You can have all the tools and weapons in the world, you can devise the best schemes, but if you don’t believe in your cause, and you don’t believe that you can and will prevail, you will not be able to achieve victory. Case in point: America in Vietnam. Victory is for those that believe in it the most. Persistence will always win over complacency. A committed individual is more powerful than a hundred uncommitted.

Prayer is the foundation – to establish the absoluteness of your cause, and turn to G-d with this firm belief and ask G-d to ensure your success.

Faith then dictates and infuses you with the fortitude to do whatever it takes, everything humanly possible to ensure victory. Faith is not an escape into fantasy; as you look up to heaven in prayer your feet remain grounded on Earth. You aren’t naïve or in denial about the realities around you, and you leave no stone unturned. You prepare for war if necessary, in the worst case scenario. You also devise schemes that may appease the enemy – without compromising yourself – and solve the problem without having to actually go to war.

But you must prepare and be ready to do whatever it takes.

In Israel today the single most important foundation (that sadly appears as if it may often be missing) is that our cause is just. We are absolutely convinced that we belong in the land and that the lands belongs to us. The only right that the Jewish people have to Israel is the fact that it was given to them by G-d (see the first Rashi in the Torah), and they have historically lived there since the times of Abraham. Take away this element and you have a very arbitrary claim.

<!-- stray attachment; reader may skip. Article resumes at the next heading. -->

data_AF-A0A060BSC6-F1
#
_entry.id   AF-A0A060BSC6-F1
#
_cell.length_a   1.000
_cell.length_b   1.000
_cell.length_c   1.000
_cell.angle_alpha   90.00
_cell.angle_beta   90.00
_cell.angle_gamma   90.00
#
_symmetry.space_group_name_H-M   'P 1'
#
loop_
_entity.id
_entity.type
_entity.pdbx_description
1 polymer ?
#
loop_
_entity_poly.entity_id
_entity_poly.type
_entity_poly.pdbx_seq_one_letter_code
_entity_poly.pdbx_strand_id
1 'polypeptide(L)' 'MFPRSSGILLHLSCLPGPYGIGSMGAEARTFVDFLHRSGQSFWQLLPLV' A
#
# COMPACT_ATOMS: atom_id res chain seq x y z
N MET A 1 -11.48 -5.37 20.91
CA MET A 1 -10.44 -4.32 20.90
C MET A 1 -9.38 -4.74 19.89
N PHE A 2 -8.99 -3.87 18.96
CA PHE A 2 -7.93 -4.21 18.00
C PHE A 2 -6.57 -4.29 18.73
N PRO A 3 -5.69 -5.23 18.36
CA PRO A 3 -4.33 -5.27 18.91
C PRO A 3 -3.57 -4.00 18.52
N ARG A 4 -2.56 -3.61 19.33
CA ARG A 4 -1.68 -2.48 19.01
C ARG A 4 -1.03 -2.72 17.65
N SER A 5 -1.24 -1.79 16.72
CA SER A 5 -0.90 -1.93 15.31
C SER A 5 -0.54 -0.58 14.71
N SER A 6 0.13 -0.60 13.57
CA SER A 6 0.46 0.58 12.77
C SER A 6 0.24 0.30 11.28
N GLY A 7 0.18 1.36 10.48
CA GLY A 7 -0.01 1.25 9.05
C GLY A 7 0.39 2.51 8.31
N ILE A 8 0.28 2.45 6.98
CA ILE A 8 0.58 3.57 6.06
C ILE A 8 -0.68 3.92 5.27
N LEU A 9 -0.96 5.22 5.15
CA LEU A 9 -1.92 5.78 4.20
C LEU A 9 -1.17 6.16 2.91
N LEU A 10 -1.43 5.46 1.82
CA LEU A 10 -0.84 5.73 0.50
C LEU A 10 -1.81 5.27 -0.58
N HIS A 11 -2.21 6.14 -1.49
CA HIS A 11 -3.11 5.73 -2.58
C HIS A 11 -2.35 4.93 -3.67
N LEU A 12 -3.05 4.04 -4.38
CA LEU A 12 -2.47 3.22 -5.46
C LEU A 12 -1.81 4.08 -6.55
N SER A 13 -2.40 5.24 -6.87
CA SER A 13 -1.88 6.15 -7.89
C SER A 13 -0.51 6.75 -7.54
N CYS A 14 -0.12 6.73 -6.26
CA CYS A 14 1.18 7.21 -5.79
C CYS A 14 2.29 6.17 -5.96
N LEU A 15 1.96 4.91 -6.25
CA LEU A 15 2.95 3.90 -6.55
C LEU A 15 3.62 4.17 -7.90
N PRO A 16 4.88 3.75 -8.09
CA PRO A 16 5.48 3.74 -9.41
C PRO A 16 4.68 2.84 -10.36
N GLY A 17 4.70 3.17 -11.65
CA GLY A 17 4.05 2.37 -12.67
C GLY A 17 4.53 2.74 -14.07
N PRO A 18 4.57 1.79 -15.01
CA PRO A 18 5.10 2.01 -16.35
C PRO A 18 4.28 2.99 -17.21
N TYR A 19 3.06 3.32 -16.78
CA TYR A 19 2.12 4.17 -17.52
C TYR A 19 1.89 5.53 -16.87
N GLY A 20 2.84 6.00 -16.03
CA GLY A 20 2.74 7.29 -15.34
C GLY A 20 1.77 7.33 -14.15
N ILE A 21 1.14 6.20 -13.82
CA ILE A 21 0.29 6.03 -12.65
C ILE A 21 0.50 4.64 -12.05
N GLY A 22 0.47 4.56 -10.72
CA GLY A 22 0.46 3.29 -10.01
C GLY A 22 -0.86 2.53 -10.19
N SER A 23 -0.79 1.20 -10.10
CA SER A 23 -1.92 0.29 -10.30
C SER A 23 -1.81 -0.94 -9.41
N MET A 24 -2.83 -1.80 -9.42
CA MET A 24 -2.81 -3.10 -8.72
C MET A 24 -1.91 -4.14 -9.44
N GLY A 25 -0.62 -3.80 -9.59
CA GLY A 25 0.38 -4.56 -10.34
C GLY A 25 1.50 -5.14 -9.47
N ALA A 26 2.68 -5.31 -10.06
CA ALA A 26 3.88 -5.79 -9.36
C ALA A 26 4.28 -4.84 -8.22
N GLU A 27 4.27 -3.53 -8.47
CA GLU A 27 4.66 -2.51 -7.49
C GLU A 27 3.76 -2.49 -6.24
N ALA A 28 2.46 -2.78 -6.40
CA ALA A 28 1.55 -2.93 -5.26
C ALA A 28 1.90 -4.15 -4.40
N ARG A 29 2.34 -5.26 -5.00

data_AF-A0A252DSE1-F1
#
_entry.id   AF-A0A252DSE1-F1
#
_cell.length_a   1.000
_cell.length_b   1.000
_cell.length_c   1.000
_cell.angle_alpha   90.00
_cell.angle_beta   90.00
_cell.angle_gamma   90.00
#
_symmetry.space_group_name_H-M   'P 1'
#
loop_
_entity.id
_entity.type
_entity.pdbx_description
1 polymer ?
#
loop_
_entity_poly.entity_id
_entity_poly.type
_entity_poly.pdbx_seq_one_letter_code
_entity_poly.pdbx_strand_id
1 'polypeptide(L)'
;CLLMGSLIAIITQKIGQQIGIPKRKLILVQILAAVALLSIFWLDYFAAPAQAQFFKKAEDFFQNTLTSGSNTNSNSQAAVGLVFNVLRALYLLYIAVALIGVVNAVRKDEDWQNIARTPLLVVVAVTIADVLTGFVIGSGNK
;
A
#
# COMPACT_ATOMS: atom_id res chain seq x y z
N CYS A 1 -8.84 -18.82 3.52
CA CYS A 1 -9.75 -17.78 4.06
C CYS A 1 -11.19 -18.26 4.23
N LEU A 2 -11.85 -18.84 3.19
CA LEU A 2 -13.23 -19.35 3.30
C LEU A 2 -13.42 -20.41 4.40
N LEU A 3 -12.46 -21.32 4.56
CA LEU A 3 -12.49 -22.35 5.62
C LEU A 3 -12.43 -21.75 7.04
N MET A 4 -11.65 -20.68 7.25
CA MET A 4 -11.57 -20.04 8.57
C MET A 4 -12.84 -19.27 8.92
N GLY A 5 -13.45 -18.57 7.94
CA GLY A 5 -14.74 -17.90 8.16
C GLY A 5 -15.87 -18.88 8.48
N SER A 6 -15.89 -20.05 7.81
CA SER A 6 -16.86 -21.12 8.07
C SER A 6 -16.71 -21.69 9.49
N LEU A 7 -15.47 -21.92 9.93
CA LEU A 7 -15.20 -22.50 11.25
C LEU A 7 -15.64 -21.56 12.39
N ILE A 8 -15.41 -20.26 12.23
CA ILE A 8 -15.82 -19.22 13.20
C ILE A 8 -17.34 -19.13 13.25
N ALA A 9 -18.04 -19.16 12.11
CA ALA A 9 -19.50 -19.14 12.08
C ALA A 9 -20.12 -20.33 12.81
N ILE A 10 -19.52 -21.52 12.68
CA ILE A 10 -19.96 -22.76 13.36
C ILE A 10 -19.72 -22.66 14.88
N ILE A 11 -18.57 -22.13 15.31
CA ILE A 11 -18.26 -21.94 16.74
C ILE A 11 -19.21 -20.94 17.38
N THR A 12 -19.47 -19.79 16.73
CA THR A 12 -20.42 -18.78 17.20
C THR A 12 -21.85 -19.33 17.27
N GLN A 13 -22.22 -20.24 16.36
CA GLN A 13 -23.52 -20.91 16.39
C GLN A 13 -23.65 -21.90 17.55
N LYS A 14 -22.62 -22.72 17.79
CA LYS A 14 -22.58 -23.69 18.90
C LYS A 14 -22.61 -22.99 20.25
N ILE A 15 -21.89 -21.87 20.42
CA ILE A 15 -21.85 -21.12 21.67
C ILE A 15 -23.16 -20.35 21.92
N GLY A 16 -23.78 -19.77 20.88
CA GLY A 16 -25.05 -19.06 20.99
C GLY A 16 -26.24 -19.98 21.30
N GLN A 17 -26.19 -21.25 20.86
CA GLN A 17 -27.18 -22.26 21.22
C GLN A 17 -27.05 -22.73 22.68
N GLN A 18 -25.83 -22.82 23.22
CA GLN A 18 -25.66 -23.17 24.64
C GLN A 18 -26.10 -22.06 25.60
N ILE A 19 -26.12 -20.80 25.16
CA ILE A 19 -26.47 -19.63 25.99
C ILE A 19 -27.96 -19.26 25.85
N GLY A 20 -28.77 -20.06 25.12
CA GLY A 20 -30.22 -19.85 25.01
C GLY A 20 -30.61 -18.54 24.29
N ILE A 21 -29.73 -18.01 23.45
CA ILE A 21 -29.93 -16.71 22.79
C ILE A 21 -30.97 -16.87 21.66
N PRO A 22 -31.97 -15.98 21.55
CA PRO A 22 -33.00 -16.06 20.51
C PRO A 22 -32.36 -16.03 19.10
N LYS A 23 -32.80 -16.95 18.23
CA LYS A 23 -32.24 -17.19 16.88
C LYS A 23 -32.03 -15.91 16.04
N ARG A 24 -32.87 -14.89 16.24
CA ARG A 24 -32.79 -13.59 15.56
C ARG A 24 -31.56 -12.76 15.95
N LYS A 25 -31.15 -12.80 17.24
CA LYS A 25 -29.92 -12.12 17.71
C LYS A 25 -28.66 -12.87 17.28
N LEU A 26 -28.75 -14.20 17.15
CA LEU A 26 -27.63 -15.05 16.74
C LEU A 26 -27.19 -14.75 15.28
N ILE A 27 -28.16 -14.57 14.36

We must all first establish the absoluteness of our mission and cause. It would do us all well to begin with a prayer – to connect to G-d and ask for His assistance in our time of need. We pray not only that G-d should protect us – that is a necessary prayer and one which we offer with our complete hearts – but even before you begin to pray, before you have the right to pray, you must be able to say that you believe in the cause, or else the prayer is just words. We must feel that what we pray for is right and should be granted to us. And if you don’t feel that, perhaps you should pray that you acquire that confidence.

Then, we must be prudent and realistic. As Jacob, we must send out messengers to assess the intentions of our adversary. Sadly today, we don’t need messengers; the intentions are quite clear. And resultantly, we must do whatever it takes to defend ourselves. If it’s war so be it. Not because we want it, but because it’s been thrust upon us. What is unhealthy is to delude yourself into false hopes of appeasement, when war has been declared and waged against you.

If war is avoidable and you can in some way appease your adversary – not by giving away precious land that is necessary for security and puts you further at risk – but in other modes of mutual cooperation, then of course, that takes precedent. But once you have been attacked, and not once, but time and again, and it doesn’t end, you must stop that threat. Once the other side is ready to stop the war, you can find ways to appease them that don’t put you at any risk.

Indeed, though prayer is the foundation, we find that Jacob actually begins by preparing for war even before his prayer. Because when life is at risk, protecting life is the first priority. Then, when you have mobilized your army and are ready for any possible attack, you can pray.

Jacob was not a victim and neither are we. We free ourselves from oppressive circumstances by taking the bull by the horns and initiating change. We MAKE a move.

And we make every move possible so that all possibilities are covered. But it all begins with the absolute conviction and commitment to your cause.

Let’s make our move.